for data in (data_block, data_random)]
``````

gives

``````[[0.02709507942199707, 0.022060155868530273],
[0.12022995948791504, 0.16360306739807129]]
``````

so we see that `walk` is slightly slower than `list` on the blocky data, but slightly faster on the random data. I'd guess the reason is that generators (in Python) impose an overhead compared to the list constructor; and the memory overhead of a 30-item list is too small to impose any significant penalty.

Disassembling the functions provides a little insight:

``````>>> dis.dis(lambda g: (1 for _ in g))
1           0 LOAD_CONST               0 (<code object <genexpr> at 0x2b9202a6fe40, file "<stdin>", line 1>)
3 MAKE_FUNCTION            0
9 GET_ITER
10 CALL_FUNCTION            1
13 RETURN_VALUE
>>> dis.dis((lambda g: (1 for _ in g)).func_code.co_consts[0])
1           0 SETUP_LOOP              18 (to 21)
>>    6 FOR_ITER                11 (to 20)
9 STORE_FAST               1 (_)
15 YIELD_VALUE
16 POP_TOP
17 JUMP_ABSOLUTE            6
>>   20 POP_BLOCK
24 RETURN_VALUE
>>> dis.dis(lambda g: len(list(g)))
9 CALL_FUNCTION            1
12 CALL_FUNCTION            1
15 RETURN_VALUE
``````

The much larger code volume for the generator form is going to have some effect; while the list form has an O(log n) factor for constructing the throwaway list it's going to be dominated by the k*O(n) factors in looping the various iterators. One thing to take away from this is that memory allocation is fast, at least for small (sub-page) allocations in a single-threaded environment (which CPython is by necessity of the GIL).

-

When I rewrite `rle_walk` as

``````def rle_walk(gen):
return [(ch, sum(1 for _ in ich)) for ch, ich in groupby(gen)]
``````

then it's faster than the list-based version.

Timings (with IPython):

``````>>> def rle_walk(gen):
...     ilen = lambda gen : sum(1 for x in gen)
...     return [(ch, ilen(ich)) for ch,ich in groupby(gen)]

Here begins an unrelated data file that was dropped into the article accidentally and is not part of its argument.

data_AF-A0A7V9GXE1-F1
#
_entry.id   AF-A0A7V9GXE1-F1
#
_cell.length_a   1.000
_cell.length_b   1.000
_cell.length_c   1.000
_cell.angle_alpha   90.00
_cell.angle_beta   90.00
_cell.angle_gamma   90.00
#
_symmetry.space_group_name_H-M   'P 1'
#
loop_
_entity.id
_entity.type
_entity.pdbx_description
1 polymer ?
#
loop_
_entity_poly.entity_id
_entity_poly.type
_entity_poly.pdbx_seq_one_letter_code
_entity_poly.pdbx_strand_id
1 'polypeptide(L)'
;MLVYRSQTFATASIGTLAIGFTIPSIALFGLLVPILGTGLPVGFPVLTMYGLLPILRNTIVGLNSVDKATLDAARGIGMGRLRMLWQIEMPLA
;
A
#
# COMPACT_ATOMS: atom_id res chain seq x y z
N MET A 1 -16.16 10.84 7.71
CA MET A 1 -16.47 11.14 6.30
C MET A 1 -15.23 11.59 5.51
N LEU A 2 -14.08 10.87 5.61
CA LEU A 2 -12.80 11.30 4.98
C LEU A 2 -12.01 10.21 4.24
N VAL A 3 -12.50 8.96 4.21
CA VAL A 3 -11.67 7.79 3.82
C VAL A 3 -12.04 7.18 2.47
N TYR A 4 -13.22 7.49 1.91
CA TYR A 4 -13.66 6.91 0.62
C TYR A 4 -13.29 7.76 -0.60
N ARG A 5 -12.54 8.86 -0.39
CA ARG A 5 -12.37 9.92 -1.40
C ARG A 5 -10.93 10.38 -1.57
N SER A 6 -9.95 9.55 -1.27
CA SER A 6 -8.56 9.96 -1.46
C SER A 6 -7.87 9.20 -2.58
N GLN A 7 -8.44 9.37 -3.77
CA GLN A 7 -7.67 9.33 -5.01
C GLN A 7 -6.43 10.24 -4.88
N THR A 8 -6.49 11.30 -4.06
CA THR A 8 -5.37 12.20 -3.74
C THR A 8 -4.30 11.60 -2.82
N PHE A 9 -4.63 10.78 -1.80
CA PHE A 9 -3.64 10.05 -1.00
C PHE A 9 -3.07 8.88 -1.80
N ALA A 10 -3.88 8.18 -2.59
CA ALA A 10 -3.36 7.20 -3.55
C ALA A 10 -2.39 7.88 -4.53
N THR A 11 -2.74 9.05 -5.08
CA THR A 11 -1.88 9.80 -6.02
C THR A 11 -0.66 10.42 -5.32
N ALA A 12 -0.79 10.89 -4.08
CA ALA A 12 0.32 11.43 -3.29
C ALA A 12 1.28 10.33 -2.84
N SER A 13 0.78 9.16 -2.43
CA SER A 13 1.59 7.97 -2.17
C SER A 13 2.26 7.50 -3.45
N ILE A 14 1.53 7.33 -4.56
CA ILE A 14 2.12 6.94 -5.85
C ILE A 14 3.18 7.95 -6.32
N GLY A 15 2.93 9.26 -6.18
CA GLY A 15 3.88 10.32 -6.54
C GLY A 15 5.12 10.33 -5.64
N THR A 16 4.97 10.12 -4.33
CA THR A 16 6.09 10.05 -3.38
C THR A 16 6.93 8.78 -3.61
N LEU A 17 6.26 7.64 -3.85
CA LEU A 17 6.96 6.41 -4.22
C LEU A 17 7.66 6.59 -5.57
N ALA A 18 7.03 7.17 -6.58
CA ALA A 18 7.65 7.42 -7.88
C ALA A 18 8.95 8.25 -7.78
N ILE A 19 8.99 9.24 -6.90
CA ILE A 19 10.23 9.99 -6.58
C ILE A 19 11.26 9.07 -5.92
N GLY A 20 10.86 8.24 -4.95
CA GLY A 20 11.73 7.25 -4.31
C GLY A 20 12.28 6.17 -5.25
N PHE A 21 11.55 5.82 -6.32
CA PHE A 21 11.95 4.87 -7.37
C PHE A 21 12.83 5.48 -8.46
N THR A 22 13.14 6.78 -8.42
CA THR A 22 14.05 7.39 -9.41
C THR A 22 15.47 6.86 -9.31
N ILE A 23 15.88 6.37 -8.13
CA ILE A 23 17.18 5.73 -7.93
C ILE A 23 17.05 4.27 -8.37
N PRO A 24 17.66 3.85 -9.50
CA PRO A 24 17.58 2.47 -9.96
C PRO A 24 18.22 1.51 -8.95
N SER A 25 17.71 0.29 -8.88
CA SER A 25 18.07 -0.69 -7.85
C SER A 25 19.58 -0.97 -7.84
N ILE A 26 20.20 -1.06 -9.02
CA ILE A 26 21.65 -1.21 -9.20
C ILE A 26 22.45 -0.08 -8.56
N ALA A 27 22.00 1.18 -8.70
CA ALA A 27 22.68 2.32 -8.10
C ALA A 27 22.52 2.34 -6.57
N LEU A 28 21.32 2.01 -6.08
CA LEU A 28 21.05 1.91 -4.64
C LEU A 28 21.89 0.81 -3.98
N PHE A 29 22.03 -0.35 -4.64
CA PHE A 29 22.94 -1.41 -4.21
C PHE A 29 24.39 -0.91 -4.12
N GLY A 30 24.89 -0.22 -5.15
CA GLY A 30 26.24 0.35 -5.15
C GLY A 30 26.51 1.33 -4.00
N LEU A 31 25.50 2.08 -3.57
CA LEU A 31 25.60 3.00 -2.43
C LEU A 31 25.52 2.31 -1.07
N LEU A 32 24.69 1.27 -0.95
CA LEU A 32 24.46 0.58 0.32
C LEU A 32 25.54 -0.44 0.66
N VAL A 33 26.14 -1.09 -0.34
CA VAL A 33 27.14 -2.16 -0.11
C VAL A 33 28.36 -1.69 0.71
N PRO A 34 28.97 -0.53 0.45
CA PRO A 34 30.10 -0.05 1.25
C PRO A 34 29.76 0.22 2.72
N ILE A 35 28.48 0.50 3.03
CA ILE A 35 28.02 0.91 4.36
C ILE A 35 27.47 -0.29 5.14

...
>>> %timeit rle_walk(data)
10000 loops, best of 3: 94.3 us per loop
>>> def ilen(x): return sum(1 for _ in x)
...
>>> def rle_walk(gen):
...     return [(ch, ilen(ich)) for ch,ich in groupby(gen)]
...
>>> %timeit rle_walk(data)
10000 loops, best of 3: 93.4 us per loop
>>> def rle_walk(gen):
...     return [(ch, sum(1 for _ in ich)) for ch,ich in groupby(gen)]
...
>>> %timeit rle_walk(data)
10000 loops, best of 3: 83.8 us per loop
>>> def rle_list(data):
...     return [(k, len(list(g))) for k,g in groupby(data)]
...
>>> %timeit rle_list(data)
10000 loops, best of 3: 123 us per loop
``````

(Note that you were feeding `data` instead of `gen` to `groupby` in `rle_walk`.)

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Function call overhead in Python (as in most dynamic languages) is very high.

Function call overhead in Python is relatively high, especially compared with the execution speed of a builtin function. This strongly suggests that where appropriate, functions should handle data aggregates.

In the iterator version you have function call to `ilen()`, and then using Python iteration to build list of 1s.

In the list version you have two calls to built-ins, `list()` and `len()`. Built-ins are executed as native code, compiled from highly optimized C. Most importantly iteration for converting iterator to list using `list()` built-in is done internally, using this native code.